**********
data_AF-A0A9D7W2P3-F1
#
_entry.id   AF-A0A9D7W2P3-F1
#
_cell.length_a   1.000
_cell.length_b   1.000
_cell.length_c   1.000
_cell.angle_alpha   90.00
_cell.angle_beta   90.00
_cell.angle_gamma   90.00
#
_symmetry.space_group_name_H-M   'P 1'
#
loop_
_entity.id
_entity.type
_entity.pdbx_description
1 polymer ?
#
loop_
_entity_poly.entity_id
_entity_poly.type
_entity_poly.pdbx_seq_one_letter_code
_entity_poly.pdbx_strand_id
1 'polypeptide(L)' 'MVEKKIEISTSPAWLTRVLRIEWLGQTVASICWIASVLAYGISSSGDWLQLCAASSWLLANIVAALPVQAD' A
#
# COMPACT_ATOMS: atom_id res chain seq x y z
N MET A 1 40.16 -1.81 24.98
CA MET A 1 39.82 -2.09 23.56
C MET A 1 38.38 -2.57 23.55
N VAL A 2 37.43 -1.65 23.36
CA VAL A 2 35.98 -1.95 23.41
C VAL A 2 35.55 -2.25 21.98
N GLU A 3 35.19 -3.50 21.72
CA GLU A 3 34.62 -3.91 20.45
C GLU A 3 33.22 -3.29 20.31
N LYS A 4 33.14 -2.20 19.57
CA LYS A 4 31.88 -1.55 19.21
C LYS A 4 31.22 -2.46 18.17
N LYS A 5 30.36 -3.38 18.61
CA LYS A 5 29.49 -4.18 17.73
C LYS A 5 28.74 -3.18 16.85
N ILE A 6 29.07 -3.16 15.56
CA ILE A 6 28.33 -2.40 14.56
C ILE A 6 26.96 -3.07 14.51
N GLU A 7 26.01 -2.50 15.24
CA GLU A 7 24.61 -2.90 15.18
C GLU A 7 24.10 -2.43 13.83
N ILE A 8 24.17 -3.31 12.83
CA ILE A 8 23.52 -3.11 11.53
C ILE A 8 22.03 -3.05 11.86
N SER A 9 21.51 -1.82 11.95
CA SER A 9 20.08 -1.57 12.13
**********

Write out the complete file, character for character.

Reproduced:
data_AF-A0A9D7W2P3-F1
#
_entry.id   AF-A0A9D7W2P3-F1
#
_cell.length_a   1.000
_cell.length_b   1.000
_cell.length_c   1.000
_cell.angle_alpha   90.00
_cell.angle_beta   90.00
_cell.angle_gamma   90.00
#
_symmetry.space_group_name_H-M   'P 1'
#
loop_
_entity.id
_entity.type
_entity.pdbx_description
1 polymer ?
#
loop_
_entity_poly.entity_id
_entity_poly.type
_entity_poly.pdbx_seq_one_letter_code
_entity_poly.pdbx_strand_id
1 'polypeptide(L)' 'MVEKKIEISTSPAWLTRVLRIEWLGQTVASICWIASVLAYGISSSGDWLQLCAASSWLLANIVAALPVQAD' A
#
# COMPACT_ATOMS: atom_id res chain seq x y z
N MET A 1 40.16 -1.81 24.98
CA MET A 1 39.82 -2.09 23.56
C MET A 1 38.38 -2.57 23.55
N VAL A 2 37.43 -1.65 23.36
CA VAL A 2 35.98 -1.95 23.41
C VAL A 2 35.55 -2.25 21.98
N GLU A 3 35.19 -3.50 21.72
CA GLU A 3 34.62 -3.91 20.45
C GLU A 3 33.22 -3.29 20.31
N LYS A 4 33.14 -2.20 19.57
CA LYS A 4 31.88 -1.55 19.21
C LYS A 4 31.22 -2.46 18.17
N LYS A 5 30.36 -3.38 18.61
CA LYS A 5 29.49 -4.18 17.73
C LYS A 5 28.74 -3.18 16.85
N ILE A 6 29.07 -3.16 15.56
CA ILE A 6 28.33 -2.40 14.56
C ILE A 6 26.96 -3.07 14.51
N GLU A 7 26.01 -2.50 15.24
CA GLU A 7 24.61 -2.90 15.18
C GLU A 7 24.10 -2.43 13.83
N ILE A 8 24.17 -3.31 12.83
CA ILE A 8 23.52 -3.11 11.53
C ILE A 8 22.03 -3.05 11.86
N SER A 9 21.51 -1.82 11.95
CA SER A 9 20.08 -1.57 12.13